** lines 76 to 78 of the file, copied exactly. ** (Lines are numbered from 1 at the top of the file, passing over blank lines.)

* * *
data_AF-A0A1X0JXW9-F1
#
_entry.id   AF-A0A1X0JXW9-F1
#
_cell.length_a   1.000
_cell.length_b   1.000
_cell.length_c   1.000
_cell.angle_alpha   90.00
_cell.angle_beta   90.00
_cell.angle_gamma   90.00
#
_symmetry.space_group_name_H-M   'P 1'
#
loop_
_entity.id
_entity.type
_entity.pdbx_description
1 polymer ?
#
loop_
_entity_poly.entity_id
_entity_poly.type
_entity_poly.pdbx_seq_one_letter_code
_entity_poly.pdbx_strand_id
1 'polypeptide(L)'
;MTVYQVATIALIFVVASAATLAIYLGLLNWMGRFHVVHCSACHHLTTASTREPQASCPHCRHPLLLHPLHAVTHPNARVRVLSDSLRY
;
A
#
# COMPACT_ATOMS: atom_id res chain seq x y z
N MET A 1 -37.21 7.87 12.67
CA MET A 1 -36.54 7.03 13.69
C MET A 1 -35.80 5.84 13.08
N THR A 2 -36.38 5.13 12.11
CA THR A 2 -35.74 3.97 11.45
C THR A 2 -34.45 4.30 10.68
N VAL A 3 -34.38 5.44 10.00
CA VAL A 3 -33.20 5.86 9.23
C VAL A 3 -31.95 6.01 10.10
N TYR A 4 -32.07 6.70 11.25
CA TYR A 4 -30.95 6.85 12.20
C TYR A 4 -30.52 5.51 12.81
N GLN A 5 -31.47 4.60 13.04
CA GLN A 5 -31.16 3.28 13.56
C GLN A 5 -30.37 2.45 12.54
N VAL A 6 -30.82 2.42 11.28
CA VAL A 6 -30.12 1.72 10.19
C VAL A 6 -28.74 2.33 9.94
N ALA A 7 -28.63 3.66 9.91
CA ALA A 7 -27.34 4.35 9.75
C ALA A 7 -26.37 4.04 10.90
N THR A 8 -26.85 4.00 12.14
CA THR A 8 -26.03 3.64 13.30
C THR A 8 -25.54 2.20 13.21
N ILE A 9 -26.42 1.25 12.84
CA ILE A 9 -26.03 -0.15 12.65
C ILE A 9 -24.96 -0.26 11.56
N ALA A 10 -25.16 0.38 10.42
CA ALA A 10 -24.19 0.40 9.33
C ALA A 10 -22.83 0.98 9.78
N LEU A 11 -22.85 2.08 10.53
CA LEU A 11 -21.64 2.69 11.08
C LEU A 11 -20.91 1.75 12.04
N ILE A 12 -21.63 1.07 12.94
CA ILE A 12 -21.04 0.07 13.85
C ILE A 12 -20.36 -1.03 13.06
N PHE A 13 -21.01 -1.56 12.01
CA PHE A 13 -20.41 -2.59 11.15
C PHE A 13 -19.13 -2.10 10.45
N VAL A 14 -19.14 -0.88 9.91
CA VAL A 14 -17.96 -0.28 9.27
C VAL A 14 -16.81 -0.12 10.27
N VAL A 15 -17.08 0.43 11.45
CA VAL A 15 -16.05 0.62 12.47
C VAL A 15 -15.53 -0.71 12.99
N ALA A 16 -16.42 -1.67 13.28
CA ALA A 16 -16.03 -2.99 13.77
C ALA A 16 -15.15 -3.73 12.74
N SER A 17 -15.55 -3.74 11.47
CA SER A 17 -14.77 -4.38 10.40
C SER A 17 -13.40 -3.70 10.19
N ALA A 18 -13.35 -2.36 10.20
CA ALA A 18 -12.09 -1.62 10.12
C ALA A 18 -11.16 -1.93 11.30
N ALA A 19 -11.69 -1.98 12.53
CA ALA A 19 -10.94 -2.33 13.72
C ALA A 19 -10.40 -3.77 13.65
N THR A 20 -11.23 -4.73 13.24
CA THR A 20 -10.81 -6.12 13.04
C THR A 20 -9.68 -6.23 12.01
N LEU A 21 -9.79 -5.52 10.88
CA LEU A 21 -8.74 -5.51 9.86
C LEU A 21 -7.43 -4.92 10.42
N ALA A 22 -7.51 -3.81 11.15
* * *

N ALA A 16 -16.42 -1.67 13.28
CA ALA A 16 -16.03 -2.99 13.77
C ALA A 16 -15.15 -3.73 12.74